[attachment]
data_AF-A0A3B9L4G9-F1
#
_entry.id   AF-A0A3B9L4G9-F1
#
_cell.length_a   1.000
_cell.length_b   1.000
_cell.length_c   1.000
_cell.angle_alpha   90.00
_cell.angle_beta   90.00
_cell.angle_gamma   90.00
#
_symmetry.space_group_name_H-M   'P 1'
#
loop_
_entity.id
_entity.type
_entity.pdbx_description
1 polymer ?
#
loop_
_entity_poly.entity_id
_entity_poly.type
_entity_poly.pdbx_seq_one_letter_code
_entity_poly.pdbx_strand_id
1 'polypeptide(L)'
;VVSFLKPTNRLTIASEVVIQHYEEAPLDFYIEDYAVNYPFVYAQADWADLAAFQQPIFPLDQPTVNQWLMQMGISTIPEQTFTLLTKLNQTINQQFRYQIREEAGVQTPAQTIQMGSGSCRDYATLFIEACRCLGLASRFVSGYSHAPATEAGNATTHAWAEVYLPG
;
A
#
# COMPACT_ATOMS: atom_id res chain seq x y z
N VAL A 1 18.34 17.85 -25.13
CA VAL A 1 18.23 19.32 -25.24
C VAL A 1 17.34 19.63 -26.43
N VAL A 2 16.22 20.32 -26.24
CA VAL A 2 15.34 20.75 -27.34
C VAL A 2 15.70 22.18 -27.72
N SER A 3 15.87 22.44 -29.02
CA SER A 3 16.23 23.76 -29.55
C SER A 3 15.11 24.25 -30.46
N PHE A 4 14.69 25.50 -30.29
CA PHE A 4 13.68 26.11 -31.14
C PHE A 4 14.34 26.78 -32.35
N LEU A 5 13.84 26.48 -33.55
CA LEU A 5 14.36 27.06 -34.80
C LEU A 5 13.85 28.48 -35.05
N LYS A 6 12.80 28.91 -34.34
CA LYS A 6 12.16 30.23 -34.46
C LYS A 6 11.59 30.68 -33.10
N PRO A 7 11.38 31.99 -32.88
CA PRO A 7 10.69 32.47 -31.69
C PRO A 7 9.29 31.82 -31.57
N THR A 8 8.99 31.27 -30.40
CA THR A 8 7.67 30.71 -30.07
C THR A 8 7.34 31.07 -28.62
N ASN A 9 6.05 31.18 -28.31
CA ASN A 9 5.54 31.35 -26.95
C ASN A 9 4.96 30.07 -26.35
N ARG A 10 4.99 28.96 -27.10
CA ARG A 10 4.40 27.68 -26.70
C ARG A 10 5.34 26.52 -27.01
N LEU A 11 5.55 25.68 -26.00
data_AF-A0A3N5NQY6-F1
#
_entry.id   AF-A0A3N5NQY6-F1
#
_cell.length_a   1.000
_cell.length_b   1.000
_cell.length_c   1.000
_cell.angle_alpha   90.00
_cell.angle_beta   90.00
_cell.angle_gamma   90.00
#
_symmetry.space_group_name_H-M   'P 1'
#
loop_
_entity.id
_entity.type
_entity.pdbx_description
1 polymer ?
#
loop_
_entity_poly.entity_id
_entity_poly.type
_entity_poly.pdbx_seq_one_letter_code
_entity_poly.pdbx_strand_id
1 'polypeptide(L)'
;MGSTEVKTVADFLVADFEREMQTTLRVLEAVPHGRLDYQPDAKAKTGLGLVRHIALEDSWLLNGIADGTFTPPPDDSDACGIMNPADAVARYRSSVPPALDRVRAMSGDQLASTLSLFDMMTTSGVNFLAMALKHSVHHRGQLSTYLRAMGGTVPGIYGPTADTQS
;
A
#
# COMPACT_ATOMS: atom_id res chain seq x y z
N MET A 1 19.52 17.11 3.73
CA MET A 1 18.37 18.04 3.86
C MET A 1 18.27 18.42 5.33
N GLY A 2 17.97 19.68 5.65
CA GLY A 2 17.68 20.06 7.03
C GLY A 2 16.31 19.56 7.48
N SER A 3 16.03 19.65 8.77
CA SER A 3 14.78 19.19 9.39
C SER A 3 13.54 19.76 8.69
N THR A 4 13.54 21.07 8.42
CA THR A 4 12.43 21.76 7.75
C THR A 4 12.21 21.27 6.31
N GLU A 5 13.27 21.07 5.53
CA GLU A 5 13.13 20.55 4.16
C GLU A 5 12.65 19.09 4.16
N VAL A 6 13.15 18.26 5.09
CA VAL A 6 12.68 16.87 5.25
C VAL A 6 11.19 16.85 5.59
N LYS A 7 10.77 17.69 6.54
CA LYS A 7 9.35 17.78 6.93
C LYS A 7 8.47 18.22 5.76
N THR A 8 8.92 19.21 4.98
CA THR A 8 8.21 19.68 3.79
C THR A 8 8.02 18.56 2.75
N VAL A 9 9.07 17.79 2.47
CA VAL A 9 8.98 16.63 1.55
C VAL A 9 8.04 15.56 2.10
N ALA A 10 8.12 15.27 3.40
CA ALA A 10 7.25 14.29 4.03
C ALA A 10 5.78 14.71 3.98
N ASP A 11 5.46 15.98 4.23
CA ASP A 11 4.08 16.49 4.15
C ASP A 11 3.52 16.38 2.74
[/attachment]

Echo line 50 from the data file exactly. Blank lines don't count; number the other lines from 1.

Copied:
CA PRO A 7 10.69 32.47 -31.69